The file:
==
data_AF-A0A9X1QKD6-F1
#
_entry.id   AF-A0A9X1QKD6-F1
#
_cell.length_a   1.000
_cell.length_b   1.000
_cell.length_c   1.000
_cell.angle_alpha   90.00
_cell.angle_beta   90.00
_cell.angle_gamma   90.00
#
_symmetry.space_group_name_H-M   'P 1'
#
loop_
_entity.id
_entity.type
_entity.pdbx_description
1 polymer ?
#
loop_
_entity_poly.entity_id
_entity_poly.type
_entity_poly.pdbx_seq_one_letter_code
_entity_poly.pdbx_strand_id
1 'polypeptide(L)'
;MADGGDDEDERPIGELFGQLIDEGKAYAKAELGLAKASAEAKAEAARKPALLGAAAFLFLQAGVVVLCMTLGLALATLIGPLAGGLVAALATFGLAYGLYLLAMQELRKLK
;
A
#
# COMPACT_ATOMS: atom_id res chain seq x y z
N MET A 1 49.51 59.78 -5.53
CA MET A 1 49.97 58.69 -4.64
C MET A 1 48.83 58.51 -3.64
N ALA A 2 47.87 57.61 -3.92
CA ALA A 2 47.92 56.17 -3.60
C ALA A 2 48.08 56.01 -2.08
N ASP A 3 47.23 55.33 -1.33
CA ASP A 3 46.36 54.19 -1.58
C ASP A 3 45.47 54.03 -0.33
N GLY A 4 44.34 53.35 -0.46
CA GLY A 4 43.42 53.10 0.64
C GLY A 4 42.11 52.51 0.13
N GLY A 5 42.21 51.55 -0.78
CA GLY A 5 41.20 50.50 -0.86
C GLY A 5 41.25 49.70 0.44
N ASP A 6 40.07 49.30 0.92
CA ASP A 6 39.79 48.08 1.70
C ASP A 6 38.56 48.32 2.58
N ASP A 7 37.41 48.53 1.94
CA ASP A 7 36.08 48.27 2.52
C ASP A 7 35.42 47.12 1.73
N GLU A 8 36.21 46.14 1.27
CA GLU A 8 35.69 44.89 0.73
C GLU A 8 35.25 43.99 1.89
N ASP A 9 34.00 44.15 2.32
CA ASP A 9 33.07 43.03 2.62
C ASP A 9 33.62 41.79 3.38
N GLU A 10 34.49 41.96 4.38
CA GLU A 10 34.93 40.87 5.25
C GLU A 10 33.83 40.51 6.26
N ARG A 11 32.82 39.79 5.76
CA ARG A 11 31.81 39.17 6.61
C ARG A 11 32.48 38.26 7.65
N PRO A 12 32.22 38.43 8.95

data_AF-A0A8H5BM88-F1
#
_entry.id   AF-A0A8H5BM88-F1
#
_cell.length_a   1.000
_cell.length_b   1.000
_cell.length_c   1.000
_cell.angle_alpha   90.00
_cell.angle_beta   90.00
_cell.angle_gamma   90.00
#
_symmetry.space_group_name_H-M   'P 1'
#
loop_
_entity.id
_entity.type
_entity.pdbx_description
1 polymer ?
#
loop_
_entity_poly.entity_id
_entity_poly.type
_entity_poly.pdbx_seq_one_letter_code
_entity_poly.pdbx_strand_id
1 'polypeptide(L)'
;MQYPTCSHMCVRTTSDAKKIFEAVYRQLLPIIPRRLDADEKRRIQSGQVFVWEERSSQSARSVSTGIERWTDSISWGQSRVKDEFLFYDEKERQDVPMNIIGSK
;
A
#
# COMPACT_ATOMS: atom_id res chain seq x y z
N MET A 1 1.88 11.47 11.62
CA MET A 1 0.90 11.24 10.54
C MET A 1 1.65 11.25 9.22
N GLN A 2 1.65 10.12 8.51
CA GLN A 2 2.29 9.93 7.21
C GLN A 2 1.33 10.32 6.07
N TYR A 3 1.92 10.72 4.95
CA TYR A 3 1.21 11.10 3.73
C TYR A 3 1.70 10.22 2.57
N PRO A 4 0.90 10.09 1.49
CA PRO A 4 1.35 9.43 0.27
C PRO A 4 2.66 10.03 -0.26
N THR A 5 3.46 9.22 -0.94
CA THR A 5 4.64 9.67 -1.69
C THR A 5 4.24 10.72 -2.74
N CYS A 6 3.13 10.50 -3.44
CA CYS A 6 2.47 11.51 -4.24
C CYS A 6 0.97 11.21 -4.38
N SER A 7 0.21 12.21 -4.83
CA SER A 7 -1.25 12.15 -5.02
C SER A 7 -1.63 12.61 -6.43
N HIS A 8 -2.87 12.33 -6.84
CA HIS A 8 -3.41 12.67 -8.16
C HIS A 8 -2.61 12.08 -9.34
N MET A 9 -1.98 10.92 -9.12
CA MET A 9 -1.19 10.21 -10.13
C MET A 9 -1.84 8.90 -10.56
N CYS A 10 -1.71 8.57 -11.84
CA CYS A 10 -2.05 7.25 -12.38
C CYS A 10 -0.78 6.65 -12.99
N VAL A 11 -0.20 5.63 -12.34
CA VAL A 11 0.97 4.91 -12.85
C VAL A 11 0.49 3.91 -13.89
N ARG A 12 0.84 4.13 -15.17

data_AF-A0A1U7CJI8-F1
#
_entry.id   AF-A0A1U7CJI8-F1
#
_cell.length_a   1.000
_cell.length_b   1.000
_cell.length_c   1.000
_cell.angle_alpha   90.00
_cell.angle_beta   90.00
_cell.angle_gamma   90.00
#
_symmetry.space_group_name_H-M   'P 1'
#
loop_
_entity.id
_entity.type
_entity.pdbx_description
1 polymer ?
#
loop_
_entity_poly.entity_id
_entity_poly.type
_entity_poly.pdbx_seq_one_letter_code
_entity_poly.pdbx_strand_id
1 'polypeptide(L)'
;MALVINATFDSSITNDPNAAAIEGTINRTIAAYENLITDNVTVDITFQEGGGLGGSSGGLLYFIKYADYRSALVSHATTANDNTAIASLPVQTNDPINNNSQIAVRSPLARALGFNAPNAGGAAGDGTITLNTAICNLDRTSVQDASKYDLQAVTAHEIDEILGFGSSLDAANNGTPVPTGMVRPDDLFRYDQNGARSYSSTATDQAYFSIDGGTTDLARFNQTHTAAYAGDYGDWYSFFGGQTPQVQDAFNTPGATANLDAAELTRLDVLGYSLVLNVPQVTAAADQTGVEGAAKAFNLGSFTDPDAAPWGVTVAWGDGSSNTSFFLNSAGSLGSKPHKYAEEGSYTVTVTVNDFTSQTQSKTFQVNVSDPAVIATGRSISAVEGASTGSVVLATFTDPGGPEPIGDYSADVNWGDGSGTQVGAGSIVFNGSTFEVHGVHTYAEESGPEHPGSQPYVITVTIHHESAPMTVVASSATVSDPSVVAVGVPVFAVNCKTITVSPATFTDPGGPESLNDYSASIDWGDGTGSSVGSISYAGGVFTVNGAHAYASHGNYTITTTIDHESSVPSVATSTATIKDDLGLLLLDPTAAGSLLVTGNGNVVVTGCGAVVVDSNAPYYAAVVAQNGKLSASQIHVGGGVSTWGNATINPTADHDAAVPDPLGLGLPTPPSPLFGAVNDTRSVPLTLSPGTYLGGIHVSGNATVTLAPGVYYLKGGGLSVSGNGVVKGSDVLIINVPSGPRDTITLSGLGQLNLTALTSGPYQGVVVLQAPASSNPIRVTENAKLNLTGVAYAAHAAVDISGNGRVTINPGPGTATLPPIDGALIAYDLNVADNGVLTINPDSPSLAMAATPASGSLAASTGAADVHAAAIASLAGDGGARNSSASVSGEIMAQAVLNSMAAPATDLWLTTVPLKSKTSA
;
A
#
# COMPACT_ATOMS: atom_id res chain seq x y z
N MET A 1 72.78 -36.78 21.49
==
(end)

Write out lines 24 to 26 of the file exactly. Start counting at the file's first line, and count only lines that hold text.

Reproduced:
_entity_poly.pdbx_strand_id
1 'polypeptide(L)'
;MADGGDDEDERPIGELFGQLIDEGKAYAKAELGLAKASAEAKAEAARKPALLGAAAFLFLQAGVVVLCMTLGLALATLIGPLAGGLVAALATFGLAYGLYLLAMQELRKLK